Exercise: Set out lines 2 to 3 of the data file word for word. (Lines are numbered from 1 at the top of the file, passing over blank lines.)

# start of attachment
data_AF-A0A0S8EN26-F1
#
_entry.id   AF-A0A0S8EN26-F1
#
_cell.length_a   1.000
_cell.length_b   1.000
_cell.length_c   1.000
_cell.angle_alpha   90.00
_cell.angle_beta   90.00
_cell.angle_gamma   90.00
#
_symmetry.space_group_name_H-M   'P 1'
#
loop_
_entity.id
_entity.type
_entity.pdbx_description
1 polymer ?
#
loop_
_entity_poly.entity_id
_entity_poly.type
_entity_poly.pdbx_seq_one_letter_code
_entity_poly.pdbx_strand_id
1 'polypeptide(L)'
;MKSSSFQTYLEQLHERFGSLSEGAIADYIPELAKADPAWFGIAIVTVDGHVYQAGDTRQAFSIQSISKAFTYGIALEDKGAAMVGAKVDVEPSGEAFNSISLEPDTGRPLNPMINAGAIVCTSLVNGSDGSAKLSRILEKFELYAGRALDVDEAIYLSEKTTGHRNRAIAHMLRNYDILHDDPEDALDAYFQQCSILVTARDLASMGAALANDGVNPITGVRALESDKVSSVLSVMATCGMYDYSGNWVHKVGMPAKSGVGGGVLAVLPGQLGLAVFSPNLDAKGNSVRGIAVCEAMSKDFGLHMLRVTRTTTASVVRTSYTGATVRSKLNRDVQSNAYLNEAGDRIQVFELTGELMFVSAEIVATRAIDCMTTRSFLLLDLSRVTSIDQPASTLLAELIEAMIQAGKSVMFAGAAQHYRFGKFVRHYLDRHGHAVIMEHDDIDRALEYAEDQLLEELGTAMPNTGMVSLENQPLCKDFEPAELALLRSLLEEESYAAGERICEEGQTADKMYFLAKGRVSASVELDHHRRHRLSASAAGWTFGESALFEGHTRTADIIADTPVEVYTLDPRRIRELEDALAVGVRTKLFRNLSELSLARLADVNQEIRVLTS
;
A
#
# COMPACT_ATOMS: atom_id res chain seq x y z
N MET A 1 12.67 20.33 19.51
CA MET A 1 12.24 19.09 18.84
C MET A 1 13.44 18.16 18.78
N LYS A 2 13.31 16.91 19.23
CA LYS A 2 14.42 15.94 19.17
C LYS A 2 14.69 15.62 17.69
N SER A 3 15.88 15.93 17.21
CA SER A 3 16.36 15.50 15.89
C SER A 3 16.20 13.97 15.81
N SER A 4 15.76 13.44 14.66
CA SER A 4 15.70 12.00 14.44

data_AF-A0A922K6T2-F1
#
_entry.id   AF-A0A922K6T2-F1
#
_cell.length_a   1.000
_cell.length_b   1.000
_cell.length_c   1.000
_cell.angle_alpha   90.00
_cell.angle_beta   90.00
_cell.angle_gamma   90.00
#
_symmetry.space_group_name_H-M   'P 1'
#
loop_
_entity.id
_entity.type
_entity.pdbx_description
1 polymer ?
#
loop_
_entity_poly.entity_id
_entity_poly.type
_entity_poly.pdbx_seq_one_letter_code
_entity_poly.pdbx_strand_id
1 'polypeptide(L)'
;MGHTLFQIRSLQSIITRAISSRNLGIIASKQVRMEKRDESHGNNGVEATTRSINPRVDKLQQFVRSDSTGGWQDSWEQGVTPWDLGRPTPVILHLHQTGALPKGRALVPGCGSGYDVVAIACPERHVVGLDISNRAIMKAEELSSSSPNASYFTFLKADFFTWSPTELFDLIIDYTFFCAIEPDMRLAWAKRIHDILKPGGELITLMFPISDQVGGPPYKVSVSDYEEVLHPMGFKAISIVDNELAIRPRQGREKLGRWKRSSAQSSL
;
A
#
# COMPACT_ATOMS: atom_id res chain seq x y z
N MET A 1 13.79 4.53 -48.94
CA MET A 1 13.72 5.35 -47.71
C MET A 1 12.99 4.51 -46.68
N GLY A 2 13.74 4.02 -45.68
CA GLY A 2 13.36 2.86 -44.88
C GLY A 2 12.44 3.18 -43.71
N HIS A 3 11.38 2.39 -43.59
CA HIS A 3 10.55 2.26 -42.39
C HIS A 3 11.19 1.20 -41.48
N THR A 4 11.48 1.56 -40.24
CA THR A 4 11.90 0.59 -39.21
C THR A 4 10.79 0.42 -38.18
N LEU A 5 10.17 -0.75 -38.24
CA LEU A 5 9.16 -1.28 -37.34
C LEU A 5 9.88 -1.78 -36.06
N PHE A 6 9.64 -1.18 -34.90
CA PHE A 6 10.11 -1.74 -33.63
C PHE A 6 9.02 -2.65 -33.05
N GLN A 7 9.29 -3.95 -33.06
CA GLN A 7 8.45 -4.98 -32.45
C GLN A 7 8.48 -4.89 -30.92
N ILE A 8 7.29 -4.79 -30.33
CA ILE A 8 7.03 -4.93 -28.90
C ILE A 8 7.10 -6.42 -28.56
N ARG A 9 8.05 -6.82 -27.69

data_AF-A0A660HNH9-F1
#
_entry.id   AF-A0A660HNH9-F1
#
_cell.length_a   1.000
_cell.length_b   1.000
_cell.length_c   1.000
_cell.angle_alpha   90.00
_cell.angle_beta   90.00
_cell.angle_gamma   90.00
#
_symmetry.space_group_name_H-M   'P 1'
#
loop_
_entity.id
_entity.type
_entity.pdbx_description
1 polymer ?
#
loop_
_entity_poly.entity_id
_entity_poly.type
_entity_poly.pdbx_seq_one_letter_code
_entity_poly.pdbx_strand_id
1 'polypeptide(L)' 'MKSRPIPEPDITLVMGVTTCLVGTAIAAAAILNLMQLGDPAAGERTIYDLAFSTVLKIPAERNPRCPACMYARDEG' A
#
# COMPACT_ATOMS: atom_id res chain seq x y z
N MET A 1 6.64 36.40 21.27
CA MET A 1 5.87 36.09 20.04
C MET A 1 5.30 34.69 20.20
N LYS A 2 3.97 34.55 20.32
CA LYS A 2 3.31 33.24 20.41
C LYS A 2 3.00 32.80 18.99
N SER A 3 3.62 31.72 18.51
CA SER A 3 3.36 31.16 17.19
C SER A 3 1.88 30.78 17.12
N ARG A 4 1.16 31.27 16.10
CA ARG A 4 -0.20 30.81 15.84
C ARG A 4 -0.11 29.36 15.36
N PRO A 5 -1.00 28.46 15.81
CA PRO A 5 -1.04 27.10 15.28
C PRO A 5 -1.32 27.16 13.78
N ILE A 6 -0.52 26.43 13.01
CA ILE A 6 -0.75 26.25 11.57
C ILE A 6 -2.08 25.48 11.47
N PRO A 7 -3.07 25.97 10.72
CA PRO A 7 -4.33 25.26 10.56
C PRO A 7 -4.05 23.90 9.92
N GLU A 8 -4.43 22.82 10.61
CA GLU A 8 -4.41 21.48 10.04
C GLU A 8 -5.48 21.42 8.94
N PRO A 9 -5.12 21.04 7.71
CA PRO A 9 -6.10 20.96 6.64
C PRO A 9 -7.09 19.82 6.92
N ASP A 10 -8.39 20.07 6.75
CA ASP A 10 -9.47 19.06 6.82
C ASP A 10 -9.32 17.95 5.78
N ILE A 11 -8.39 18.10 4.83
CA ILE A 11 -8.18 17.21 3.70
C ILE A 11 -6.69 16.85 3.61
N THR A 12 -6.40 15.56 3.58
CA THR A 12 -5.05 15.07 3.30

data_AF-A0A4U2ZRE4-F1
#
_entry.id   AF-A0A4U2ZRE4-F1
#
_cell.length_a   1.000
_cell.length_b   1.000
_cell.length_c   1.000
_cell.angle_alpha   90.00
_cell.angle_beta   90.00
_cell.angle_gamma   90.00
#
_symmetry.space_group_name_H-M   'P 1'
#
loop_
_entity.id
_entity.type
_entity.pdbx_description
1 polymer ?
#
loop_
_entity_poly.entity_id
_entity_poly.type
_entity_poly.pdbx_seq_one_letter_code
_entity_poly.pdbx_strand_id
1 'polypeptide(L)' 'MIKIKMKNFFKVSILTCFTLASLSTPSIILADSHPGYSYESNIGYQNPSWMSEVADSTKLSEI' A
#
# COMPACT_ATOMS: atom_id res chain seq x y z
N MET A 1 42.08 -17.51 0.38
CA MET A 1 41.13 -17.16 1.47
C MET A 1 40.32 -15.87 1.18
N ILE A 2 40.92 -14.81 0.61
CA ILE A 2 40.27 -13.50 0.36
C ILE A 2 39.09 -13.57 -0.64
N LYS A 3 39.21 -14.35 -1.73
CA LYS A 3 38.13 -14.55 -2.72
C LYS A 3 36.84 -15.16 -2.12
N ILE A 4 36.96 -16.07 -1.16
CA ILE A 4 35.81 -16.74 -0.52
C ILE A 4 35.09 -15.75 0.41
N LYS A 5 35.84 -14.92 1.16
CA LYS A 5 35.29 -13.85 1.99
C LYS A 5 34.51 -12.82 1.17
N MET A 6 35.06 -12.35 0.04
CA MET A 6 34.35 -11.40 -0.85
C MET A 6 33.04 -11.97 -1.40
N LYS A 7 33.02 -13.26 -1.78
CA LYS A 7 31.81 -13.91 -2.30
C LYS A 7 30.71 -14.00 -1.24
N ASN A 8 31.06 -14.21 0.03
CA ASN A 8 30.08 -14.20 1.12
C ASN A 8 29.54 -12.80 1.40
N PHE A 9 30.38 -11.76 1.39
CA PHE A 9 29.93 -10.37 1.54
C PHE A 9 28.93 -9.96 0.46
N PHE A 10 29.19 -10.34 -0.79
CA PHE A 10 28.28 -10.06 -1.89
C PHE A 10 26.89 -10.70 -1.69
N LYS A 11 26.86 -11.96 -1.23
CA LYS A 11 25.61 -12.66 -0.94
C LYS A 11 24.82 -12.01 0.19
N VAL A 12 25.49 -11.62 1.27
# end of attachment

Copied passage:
#
_entry.id   AF-A0A0S8EN26-F1